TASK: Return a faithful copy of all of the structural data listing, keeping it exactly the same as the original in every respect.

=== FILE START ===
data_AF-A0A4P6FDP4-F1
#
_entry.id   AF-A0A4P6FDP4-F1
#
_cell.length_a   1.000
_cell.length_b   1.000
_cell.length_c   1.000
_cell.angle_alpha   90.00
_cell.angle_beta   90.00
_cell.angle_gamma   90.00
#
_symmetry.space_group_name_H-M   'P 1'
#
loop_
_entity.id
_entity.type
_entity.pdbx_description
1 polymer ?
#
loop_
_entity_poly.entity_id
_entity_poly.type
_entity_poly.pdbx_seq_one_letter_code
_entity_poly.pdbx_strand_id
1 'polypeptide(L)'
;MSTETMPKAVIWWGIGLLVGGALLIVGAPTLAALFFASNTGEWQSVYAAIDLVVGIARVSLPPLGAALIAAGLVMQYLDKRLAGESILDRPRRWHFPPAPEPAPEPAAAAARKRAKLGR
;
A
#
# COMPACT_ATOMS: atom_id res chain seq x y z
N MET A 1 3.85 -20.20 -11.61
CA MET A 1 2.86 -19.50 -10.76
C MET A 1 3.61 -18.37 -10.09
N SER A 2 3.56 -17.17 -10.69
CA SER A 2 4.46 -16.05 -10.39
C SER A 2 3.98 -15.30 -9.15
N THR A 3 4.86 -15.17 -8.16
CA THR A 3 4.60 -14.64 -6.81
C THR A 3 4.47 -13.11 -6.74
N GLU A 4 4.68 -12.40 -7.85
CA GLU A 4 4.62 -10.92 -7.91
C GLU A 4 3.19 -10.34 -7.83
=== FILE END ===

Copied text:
data_AF-A0A4P6FDP4-F1
#
_entry.id   AF-A0A4P6FDP4-F1
#
_cell.length_a   1.000
_cell.length_b   1.000
_cell.length_c   1.000
_cell.angle_alpha   90.00
_cell.angle_beta   90.00
_cell.angle_gamma   90.00
#
_symmetry.space_group_name_H-M   'P 1'
#
loop_
_entity.id
_entity.type
_entity.pdbx_description
1 polymer ?
#
loop_
_entity_poly.entity_id
_entity_poly.type
_entity_poly.pdbx_seq_one_letter_code
_entity_poly.pdbx_strand_id
1 'polypeptide(L)'
;MSTETMPKAVIWWGIGLLVGGALLIVGAPTLAALFFASNTGEWQSVYAAIDLVVGIARVSLPPLGAALIAAGLVMQYLDKRLAGESILDRPRRWHFPPAPEPAPEPAAAAARKRAKLGR
;
A
#
# COMPACT_ATOMS: atom_id res chain seq x y z
N MET A 1 3.85 -20.20 -11.61
CA MET A 1 2.86 -19.50 -10.76
C MET A 1 3.61 -18.37 -10.09
N SER A 2 3.56 -17.17 -10.69
CA SER A 2 4.46 -16.05 -10.39
C SER A 2 3.98 -15.30 -9.15
N THR A 3 4.86 -15.17 -8.16
CA THR A 3 4.60 -14.64 -6.81
C THR A 3 4.47 -13.11 -6.74
N GLU A 4 4.68 -12.40 -7.85
CA GLU A 4 4.62 -10.92 -7.91
C GLU A 4 3.19 -10.34 -7.83